Will My Widow's Benefits Be Reduced If I Start Drawing Them At Age 60?

Jan 1 2018 - 8:04am

Mr. Kotlikoff and Assistants:

Thank you for the opportunity to ask a question. I am 57.5 years old in a job over 32 years with an ok pension. I lost my husband of 35 years at age 60 in 2015. I am still reeling and confused on widows benefits. The SSA told me when I am 60 I can claim a 1407 benefit with earned income limitations.

I have been at my place of employment so long I would like to get out at age 60, in June of 2020, possibly take a part time job somewhere for something to do.. If I am not working at all when I take widows benefits at 60, are they reduced? And when should I file? I have read so much on line I am very confused.

If I take widows benefits at 60 will my own social security be affected at all? I think I should wait till my FRA and then claim mine?

I'm so confused on all of this and quite frankly feel lost. My husband was my safety net and now he is gone. We did everything together including making all the financial decisions, and now it falls on me. I just want to make sure I'm doing the right thing. Any assistance would be greatly appreciated.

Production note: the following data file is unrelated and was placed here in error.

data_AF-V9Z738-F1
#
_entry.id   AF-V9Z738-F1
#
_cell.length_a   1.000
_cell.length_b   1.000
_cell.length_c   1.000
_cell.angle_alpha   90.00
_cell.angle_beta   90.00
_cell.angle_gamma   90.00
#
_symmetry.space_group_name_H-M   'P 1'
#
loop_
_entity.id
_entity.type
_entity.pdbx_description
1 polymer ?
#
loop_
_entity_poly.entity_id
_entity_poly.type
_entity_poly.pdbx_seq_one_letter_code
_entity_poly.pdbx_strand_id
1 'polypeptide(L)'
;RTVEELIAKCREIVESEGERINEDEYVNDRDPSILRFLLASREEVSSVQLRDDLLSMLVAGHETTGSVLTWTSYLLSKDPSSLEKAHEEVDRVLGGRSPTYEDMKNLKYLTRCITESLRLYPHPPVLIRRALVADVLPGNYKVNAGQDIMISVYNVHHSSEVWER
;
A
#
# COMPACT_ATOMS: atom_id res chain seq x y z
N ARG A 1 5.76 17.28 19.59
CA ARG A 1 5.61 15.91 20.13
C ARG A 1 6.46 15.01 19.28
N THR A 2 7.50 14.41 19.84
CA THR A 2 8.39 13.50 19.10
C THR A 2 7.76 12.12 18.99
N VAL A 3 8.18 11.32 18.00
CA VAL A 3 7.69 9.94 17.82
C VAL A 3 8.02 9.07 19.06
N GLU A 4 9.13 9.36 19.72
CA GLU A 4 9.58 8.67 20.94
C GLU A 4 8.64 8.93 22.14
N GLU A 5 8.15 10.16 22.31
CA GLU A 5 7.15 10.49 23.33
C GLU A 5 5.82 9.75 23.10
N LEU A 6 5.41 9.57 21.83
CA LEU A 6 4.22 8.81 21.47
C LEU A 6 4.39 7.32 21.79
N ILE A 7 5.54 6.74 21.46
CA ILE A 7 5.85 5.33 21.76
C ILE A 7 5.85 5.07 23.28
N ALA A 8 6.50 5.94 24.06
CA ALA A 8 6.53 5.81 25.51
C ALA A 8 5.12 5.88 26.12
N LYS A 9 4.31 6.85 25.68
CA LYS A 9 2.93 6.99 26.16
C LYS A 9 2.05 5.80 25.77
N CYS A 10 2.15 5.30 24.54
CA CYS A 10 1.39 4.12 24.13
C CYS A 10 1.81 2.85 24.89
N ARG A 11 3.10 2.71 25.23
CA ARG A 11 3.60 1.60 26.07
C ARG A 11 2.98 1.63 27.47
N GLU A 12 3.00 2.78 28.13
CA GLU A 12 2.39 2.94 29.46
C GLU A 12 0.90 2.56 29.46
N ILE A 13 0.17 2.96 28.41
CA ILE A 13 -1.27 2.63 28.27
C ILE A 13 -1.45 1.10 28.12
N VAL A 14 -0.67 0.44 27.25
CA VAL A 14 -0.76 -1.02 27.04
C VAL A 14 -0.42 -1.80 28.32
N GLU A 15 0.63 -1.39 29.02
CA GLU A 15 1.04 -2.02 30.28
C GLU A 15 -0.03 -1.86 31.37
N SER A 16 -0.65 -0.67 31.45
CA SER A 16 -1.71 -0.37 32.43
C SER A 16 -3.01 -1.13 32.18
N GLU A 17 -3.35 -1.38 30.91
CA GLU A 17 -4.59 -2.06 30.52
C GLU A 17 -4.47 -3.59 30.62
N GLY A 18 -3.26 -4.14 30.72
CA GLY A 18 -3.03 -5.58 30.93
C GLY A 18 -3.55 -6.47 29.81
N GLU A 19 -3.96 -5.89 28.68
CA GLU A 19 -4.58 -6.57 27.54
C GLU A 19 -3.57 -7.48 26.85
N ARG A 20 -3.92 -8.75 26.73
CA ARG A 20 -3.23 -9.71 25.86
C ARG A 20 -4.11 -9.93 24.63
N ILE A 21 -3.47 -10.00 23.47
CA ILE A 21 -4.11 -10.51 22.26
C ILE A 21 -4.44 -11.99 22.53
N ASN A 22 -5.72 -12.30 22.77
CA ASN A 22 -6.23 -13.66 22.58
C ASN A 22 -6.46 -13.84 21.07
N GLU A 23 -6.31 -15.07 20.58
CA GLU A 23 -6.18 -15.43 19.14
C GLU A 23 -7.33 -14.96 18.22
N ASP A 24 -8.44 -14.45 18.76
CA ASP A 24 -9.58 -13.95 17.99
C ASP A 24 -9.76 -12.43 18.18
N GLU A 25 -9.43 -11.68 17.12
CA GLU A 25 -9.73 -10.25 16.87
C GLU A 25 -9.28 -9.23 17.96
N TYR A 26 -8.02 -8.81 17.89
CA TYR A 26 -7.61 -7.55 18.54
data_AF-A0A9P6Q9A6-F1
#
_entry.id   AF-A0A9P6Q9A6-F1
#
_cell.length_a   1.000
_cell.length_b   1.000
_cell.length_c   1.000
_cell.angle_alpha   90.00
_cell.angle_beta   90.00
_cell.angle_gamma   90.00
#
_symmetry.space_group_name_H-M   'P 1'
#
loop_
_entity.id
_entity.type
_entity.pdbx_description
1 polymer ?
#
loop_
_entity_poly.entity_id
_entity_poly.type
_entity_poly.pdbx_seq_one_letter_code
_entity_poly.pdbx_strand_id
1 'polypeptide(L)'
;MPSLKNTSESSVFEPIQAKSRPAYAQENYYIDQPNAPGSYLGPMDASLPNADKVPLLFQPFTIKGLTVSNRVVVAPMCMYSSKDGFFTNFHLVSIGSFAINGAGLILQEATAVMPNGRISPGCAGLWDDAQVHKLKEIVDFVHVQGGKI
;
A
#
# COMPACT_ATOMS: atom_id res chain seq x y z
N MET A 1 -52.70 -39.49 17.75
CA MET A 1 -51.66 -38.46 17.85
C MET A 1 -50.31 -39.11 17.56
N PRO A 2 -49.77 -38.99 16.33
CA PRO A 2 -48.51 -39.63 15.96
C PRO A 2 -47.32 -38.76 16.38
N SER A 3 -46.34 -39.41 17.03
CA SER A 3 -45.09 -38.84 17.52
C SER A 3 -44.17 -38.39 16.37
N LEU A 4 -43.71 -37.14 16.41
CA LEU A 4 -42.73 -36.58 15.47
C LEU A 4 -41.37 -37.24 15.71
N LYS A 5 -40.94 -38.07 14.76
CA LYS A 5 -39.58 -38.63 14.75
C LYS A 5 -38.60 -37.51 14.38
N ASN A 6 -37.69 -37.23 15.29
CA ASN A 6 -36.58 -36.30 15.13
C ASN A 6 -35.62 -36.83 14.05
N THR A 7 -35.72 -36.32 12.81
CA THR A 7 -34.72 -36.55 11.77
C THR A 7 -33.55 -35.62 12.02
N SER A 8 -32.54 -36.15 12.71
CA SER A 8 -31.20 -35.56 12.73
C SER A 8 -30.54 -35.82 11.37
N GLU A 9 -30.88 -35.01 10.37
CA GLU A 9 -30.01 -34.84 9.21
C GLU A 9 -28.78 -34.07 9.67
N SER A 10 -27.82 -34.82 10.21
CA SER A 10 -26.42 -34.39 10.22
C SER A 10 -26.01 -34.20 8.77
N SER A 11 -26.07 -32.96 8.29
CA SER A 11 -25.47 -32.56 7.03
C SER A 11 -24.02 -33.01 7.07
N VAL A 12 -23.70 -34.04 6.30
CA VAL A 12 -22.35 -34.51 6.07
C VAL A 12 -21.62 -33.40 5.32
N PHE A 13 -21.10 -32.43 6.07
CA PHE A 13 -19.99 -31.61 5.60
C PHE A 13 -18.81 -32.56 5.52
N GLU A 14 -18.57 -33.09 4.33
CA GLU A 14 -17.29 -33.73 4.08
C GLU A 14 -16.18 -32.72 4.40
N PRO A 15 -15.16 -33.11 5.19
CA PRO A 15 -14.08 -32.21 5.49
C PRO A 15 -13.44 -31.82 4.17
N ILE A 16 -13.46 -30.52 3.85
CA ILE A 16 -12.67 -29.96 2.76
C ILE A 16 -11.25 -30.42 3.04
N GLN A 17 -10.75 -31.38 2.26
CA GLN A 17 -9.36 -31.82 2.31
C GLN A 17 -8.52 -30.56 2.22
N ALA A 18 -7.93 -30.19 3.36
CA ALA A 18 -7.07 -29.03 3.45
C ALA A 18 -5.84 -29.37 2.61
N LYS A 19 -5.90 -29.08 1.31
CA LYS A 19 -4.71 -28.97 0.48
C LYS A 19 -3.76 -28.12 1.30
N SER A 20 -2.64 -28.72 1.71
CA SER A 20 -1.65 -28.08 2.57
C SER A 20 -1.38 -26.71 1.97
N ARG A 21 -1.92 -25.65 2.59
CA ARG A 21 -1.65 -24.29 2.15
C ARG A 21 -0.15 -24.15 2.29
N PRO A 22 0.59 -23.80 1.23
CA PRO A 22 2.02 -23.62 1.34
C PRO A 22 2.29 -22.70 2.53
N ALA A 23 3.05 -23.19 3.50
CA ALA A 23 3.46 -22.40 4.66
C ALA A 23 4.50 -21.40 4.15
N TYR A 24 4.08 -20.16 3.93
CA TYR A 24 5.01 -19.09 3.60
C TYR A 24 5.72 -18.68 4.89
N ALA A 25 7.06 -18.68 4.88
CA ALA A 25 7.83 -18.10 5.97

Thank you in advance.


I'm sorry for your loss.

Your full widow's rate will be reduced by 28.5% if you take it at age 60, however, that may still be advantageous if you can later switch to a higher benefit rate on your own record. Any reduction that you take on your widow's benefits would have no bearing on your own retirement benefit rate.

Your best strategy is almost certainly one of the following:
1) File for widow's benefits at age 60 or as soon as your earnings will permit benefits to be paid, then switch to your own record at age 70; or,
2) File for retirement benefits on your own record at age 62 or as soon as your earnings will permit benefits to be paid, then file for unreduced widow's benefits at your full retirement age.

Generally, you would want to start out drawing the lower benefit first and then switch to the higher record when it reaches it's highest potential rate. The maximization software available on this website can sort this all out for you and help you determine your best overall filing strategy.

Best, Jerry